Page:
Gray’s Auction Update: The Results May Surprise You…
My earlier report on the auction held at Gray’s yesterday anticipated a hubbub over the two excellent examples of Jackson Pollock’s printmaking in the sale (Lots 72, 73) – and while they did sell, they surprisingly did not reach estimate ($4000-6000) – they went to a phone buyer for only $3200 each. A steal! The Frank Stella (Lot 71) went over estimate, selling at $5600, and the large Jim Dine woodcut (Lot 70) reached the top of the estimate at $6000.
But in a way, Pollock still managed to steal the show, as one of the two photographs of the artist working on an action painting went far above estimate ($700-900), selling for $1600!
This photograph was shot by Hans Namuth in 1950, but printed later (by the photographer himself in 1989, a year before his death), and is numbered 4/50. Housed in a lovely custom wood frame, it is signed by the renowned photographer, and measures 17″ H x 13″ W. And while it is an excellent document of Pollock at work, the fact that a photograph of the artist did better than a work by the artist himself reinforces something I have always thought about the somewhat mythic status given to images of this “genius” artist.
As critic Sarah Boxer pointed out in 1998 on the occasion of a Pollock retrospective at the MoMA, “The figure of Jackson Pollock — action painter, dancing dripper, sullen rebel — was formed in Hans Namuth’s camera. Namuth’s camera helped make Pollock famous, and Namuth’s camera was blamed for Pollock’s demise …”. At the end of the lengthy shoot in which the image above was shot, the two men came in from the cold of the barn, and Pollock began to drink. What was going to be a celebratory dinner ended with Pollock up-ending the table for the photographer’s benefit, shouting ”’Should I do it now?’ to Namuth. ‘Now?’ Then he turned over the whole table, plates, glasses, meat, gravy and all.” Apparently the artist had tired of performing for the camera. Pollock never stopped drinking from that night on, and eventually drove his car into a tree, ending his life. Some have blamed these photo-sessions for Pollock’s downward spiral, or at the very least, triggering some seriously bad behavior.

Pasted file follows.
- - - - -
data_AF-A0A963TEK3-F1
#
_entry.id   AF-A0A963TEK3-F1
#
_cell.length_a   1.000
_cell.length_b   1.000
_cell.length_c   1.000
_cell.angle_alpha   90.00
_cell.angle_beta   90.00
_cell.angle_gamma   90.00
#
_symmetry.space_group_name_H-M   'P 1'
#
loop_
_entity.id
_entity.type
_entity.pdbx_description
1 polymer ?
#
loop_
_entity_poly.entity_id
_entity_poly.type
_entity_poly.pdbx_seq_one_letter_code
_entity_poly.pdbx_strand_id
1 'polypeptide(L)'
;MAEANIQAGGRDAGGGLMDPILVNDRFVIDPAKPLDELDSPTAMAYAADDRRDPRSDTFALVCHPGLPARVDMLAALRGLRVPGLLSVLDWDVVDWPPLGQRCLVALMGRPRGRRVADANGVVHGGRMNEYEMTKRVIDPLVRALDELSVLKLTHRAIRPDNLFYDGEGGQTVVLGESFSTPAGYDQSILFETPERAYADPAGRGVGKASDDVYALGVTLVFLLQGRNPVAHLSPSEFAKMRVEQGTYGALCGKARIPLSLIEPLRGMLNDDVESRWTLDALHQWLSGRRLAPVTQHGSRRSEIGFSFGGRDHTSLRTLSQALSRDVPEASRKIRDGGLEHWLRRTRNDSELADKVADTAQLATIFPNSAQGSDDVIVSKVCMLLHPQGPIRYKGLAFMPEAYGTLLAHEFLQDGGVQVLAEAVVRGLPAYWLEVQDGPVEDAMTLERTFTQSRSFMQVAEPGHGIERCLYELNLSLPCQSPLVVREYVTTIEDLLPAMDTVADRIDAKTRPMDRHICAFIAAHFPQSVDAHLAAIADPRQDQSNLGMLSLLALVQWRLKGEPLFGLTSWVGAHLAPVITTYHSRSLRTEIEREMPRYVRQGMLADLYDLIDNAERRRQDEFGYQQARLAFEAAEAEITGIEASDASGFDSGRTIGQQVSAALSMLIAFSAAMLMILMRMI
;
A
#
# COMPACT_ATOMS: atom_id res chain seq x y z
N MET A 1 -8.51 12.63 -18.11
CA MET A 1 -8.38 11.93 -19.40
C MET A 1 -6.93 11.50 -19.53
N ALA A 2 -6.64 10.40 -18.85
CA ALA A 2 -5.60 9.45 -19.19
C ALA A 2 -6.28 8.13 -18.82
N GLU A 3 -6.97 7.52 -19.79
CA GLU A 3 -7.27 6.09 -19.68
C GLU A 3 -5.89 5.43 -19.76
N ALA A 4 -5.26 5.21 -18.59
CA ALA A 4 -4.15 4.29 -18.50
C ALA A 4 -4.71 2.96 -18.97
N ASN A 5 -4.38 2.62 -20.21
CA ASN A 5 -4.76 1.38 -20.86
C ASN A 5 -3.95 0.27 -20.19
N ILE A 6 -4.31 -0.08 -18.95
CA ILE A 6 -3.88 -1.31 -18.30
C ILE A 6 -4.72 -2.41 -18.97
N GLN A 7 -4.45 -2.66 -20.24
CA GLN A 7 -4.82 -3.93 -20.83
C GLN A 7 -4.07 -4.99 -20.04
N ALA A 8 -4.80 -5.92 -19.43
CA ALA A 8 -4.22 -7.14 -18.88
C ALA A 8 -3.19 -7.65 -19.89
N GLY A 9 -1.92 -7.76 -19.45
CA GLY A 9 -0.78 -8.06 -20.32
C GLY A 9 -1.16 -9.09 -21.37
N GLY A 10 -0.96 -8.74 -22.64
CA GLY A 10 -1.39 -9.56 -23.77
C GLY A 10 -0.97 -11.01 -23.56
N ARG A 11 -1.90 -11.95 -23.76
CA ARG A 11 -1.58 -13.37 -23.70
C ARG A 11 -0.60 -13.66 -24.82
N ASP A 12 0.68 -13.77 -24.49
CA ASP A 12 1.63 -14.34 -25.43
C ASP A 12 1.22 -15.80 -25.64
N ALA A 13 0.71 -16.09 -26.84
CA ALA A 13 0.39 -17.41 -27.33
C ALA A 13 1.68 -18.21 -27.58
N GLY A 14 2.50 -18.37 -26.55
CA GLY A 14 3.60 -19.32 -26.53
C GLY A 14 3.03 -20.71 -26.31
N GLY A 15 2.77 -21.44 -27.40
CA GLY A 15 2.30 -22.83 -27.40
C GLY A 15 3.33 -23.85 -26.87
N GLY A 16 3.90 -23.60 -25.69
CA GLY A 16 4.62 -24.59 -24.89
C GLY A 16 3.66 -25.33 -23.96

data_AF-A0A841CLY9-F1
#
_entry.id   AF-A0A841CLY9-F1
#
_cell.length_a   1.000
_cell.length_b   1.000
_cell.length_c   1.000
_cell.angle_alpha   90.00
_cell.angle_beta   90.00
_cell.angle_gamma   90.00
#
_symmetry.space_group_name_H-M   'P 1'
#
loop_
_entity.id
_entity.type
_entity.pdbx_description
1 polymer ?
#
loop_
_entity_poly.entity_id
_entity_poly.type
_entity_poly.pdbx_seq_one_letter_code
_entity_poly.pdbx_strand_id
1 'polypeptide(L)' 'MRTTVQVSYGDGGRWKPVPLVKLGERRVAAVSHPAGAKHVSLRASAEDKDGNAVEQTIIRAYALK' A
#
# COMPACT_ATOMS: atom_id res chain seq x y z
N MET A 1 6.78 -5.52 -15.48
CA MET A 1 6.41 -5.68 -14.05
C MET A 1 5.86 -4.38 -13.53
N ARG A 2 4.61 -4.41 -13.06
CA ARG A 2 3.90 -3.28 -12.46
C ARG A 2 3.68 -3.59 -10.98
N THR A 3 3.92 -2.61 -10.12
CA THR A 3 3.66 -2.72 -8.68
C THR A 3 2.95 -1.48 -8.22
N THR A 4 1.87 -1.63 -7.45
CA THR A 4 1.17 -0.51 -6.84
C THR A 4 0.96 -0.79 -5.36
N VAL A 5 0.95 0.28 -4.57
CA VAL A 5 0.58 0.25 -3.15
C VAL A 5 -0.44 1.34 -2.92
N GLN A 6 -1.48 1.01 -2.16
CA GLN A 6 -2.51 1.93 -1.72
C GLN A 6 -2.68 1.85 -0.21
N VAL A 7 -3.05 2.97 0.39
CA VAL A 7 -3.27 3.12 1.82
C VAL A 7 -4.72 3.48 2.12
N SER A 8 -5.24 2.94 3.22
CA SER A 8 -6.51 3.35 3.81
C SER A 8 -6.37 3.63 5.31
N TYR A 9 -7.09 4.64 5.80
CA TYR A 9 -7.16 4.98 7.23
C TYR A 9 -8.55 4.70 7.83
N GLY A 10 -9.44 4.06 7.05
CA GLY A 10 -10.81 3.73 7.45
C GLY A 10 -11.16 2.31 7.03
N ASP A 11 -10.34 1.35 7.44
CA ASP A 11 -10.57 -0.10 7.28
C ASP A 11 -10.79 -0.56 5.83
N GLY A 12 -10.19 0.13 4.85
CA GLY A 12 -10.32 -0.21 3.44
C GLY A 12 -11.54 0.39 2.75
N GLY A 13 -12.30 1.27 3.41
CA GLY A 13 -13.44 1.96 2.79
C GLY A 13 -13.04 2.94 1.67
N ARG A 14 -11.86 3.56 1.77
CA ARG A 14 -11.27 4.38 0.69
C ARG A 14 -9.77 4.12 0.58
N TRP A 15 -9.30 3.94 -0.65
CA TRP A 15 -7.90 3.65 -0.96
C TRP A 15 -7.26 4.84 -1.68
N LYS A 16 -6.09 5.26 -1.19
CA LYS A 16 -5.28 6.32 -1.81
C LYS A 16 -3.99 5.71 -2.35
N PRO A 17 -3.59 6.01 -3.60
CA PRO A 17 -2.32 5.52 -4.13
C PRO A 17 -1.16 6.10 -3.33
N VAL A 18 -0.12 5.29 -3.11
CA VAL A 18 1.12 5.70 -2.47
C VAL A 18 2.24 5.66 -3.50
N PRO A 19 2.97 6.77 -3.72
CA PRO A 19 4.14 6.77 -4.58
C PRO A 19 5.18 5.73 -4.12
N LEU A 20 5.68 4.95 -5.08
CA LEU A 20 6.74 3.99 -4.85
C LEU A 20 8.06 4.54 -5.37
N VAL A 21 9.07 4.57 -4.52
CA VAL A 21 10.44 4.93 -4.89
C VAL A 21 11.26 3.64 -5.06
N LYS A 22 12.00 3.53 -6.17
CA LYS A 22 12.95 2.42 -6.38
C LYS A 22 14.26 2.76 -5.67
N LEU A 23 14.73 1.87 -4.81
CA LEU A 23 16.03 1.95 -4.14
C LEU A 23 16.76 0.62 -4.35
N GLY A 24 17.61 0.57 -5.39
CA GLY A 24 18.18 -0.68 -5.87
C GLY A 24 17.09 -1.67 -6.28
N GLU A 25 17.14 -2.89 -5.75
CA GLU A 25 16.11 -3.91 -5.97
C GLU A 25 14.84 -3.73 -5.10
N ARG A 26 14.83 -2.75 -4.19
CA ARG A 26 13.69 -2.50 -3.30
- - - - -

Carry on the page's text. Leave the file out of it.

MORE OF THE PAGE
But Boxer also points out what I have observed about Pollock – the man himself seems to be synonymous with his work, at times maybe even surpassing the work in importance:
“Articles on Pollock were often illustrated with Namuth’s photographs rather than the paintings. Why? It was Namuth’s images more than Pollock’s paintings that grabbed the public’s imagination…A rhetoric developed around them, a language of trances and rituals, boxing and dancing, rhythm and randomness. Even the critics based their theories on the photos. Harold Rosenberg’s famous 1952 essay in Art News, ‘The American Action Painters,’ was not about painting at all…Rosenberg ‘was describing Namuth’s photographs of Pollock.'”
Namuth’s iconic image of the abstract expressionist painter reinforces the “artistic genius” persona that the public clearly still associates with Pollock – when looking at the photograph from this angle, one easily see that its art historical value is quite high – and its monetary value, well, the sky’s the limit.